bit testEquality(int a, int b) {
    return a == b;
}

warning - implicit conversion of expression (a == b) of type int to bit 
can
cause loss of data


Dec 05 2005
prev sibling parent reply John Demme <me teqdruid.com> writes:
The reason for this is that it's frequently faster to return an int than a
bit.  Why?  Because there are very few operations that actually return a
bit (unless then have a "return true" or "return false" in them) and it
takes time to cast from an int to a bit.  For instance, if I want to test
if one uint is equal to another (without using the builtin ==) then I just
subtract one from the other, and return it- no casting to bit.

Personally, I'd prefer to use bit as it makes MUCH more logical sense, but
Walter disagrees.  And as far as quirks and such go, this is a fairly minor
one IMHO.

~John Demme

John C wrote:

 I turned on warnings for the first time tonight, and have uncovered
 something quite weird, which is that '==' appears to evaluate to an 'int',
 not 'bit'. But hang on, isn't 'bit' D's boolean type (or rather, the
 nearest to it)? And 'true' and 'false' are of type bit. And 'bool' in
 object.d is an alias for bit. So why on earth does the compiler expect the
 result of an equality test to be an int?
 
 I don't want to start another unproductive debate on the whys and
 wherefores of not having a built-in bool, but this seems topsy-turvey.
 
 bit testEquality(int a, int b) {
     return a == b;
 }
 
 warning - implicit conversion of expression (a == b) of type int to bit
 can cause loss of data

Dec 05 2005
next sibling parent Raffles munchgreeble xxATxx bigfoot xxDOTxx com <"a" b.com> writes:
Given D's aim for speed, I think using an int is fine - in fact I 
wouldn't want it to use a slower type - however I agree that at the 
source code level I want to see the abstraction that the language 
presents, not what's going on under the hood to make my code run like 
greased lightning, certainly getting warnings about this is bad (IMHO).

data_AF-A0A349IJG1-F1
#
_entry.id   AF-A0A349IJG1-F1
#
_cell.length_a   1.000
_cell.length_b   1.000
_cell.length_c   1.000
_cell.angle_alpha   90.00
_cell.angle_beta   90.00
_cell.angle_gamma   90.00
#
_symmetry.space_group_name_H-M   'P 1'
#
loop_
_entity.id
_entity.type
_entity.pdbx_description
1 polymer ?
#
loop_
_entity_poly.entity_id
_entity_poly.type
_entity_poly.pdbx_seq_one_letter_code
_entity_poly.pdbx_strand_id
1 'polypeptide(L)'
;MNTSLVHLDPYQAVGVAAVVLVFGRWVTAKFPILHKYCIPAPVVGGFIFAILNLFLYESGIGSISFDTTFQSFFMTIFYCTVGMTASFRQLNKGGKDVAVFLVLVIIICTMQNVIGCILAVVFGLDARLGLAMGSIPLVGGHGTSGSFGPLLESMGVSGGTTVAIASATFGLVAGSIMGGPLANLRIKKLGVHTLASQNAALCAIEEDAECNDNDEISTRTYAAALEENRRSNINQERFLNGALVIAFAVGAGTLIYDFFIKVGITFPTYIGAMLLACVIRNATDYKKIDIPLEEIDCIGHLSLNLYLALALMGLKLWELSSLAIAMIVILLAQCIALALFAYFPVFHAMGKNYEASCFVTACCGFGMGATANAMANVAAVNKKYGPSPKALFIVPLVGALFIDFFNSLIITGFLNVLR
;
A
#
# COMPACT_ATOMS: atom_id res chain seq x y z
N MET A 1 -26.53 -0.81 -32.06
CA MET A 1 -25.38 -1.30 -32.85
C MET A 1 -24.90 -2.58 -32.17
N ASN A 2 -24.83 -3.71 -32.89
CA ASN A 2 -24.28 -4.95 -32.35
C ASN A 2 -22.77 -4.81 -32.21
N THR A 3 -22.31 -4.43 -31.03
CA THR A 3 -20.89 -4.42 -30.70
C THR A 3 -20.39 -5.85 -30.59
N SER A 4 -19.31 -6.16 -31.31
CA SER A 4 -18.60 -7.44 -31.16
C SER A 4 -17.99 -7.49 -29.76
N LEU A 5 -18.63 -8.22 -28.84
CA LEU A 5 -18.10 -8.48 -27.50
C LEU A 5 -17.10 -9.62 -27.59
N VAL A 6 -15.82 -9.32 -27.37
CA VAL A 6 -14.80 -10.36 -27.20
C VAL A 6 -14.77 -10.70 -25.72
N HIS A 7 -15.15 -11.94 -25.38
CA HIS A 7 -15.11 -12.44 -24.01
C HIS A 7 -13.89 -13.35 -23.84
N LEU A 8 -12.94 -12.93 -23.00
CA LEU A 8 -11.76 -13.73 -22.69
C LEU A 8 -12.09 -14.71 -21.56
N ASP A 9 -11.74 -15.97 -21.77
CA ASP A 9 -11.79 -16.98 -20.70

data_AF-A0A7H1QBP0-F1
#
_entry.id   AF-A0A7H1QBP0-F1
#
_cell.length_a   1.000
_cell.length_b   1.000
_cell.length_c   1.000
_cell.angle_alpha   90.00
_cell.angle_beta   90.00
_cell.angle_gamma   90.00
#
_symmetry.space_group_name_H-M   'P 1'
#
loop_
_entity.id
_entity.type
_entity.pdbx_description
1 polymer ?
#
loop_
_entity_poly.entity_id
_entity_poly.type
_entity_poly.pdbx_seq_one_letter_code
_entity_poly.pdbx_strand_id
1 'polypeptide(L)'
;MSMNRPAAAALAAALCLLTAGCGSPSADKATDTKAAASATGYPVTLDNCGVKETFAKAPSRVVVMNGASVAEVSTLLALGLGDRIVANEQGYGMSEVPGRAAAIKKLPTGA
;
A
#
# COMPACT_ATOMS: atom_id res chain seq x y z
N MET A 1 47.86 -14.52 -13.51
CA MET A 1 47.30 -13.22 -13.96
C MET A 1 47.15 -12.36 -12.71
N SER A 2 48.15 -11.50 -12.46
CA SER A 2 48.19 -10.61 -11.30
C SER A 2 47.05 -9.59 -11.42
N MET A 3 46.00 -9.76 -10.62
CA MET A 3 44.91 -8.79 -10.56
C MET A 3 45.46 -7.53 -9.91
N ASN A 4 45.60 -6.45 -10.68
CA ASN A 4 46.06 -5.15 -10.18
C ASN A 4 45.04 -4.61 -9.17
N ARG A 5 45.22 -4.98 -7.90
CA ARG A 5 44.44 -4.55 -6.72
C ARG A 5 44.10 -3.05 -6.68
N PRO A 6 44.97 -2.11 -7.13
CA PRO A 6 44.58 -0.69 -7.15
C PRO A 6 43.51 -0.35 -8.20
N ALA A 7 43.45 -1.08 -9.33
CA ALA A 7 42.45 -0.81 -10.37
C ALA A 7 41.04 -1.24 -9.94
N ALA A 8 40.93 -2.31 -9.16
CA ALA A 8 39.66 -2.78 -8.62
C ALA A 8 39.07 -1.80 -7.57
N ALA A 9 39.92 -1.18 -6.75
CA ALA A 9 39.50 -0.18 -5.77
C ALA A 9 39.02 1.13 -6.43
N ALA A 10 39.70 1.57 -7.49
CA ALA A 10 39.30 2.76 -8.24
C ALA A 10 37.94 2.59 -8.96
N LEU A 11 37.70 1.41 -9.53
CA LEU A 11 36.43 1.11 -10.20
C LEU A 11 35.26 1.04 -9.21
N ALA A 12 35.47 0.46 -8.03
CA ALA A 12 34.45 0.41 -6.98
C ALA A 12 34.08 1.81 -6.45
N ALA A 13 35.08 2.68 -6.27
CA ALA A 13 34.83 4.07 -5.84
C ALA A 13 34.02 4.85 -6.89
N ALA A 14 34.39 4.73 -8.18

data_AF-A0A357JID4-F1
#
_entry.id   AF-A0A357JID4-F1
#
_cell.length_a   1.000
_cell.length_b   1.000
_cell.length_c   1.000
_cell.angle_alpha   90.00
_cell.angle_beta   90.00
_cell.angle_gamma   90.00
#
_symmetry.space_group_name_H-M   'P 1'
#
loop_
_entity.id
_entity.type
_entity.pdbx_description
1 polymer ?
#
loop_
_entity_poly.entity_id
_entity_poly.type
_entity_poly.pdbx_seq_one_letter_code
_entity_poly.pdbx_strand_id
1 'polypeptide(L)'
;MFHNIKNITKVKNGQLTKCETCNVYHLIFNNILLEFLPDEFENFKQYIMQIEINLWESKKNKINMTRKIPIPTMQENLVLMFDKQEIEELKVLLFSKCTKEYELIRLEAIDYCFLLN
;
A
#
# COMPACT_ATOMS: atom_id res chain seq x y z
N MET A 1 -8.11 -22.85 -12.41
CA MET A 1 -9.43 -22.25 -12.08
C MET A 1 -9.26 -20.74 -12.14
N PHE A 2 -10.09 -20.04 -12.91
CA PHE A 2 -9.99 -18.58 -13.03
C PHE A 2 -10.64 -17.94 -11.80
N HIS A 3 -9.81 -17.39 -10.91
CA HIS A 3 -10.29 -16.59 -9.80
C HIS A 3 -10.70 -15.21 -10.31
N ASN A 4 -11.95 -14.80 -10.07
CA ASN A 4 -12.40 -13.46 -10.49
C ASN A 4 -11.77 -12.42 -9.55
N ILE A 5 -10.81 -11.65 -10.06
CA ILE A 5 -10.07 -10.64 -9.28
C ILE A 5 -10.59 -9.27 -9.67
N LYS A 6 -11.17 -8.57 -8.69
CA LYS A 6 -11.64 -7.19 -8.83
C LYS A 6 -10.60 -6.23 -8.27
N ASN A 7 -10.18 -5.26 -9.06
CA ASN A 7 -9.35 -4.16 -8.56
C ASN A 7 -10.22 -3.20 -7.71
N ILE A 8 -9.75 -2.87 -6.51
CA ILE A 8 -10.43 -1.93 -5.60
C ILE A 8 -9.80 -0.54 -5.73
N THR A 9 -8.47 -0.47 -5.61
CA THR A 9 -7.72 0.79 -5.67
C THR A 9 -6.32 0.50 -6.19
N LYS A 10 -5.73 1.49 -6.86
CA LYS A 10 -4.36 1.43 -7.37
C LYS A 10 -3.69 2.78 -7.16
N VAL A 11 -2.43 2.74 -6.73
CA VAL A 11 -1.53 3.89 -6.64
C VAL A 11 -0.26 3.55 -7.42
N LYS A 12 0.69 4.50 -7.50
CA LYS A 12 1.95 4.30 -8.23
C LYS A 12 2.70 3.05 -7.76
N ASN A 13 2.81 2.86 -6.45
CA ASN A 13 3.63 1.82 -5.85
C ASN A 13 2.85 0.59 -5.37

However for me it's the kind of thing that's easy to put up with whilst 
the language is still under development - I think polishing this kind of 
thing can wait until the features are all complete. There are other 
niggles like this, but sorting them out can wait!

Just my tuppence.

Munch

John Demme wrote:
 The reason for this is that it's frequently faster to return an int than a
 bit.  Why?  Because there are very few operations that actually return a
 bit (unless then have a "return true" or "return false" in them) and it
 takes time to cast from an int to a bit.  For instance, if I want to test
 if one uint is equal to another (without using the builtin ==) then I just
 subtract one from the other, and return it- no casting to bit.
 
 Personally, I'd prefer to use bit as it makes MUCH more logical sense, but
 Walter disagrees.  And as far as quirks and such go, this is a fairly minor
 one IMHO.
 
 ~John Demme
 
 John C wrote:
 
 
I turned on warnings for the first time tonight, and have uncovered
something quite weird, which is that '==' appears to evaluate to an 'int',
not 'bit'. But hang on, isn't 'bit' D's boolean type (or rather, the
nearest to it)? And 'true' and 'false' are of type bit. And 'bool' in
object.d is an alias for bit. So why on earth does the compiler expect the
result of an equality test to be an int?

I don't want to start another unproductive debate on the whys and
wherefores of not having a built-in bool, but this seems topsy-turvey.

bit testEquality(int a, int b) {
    return a == b;
}

warning - implicit conversion of expression (a == b) of type int to bit
can cause loss of data


Dec 06 2005
prev sibling next sibling parent =?ISO-8859-1?Q?Anders_F_Bj=F6rklund?= <afb algonet.se> writes:
John Demme wrote:

 Personally, I'd prefer to use bit as it makes MUCH more logical sense, but
 Walter disagrees.  And as far as quirks and such go, this is a fairly minor
 one IMHO.

As long as it isn't returning something that makes logical sense, like "bool", then I for one don't care if it's using int or bit... --anders
Dec 06 2005
prev sibling parent "Lionello Lunesu" <lio remove.lunesu.com> writes:
"John Demme" <me teqdruid.com> wrote in message 
news:dn31l8$2t3e$1 digitaldaemon.com...
 The reason for this is that it's frequently faster to return an int than a
 bit.  Why?  Because there are very few operations that actually return a
 bit (unless then have a "return true" or "return false" in them) and it
 takes time to cast from an int to a bit.  For instance, if I want to test
 if one uint is equal to another (without using the builtin ==) then I just
 subtract one from the other, and return it- no casting to bit.

That's why "bool" should actually be an alias for "int", not for bit... L.
Dec 06 2005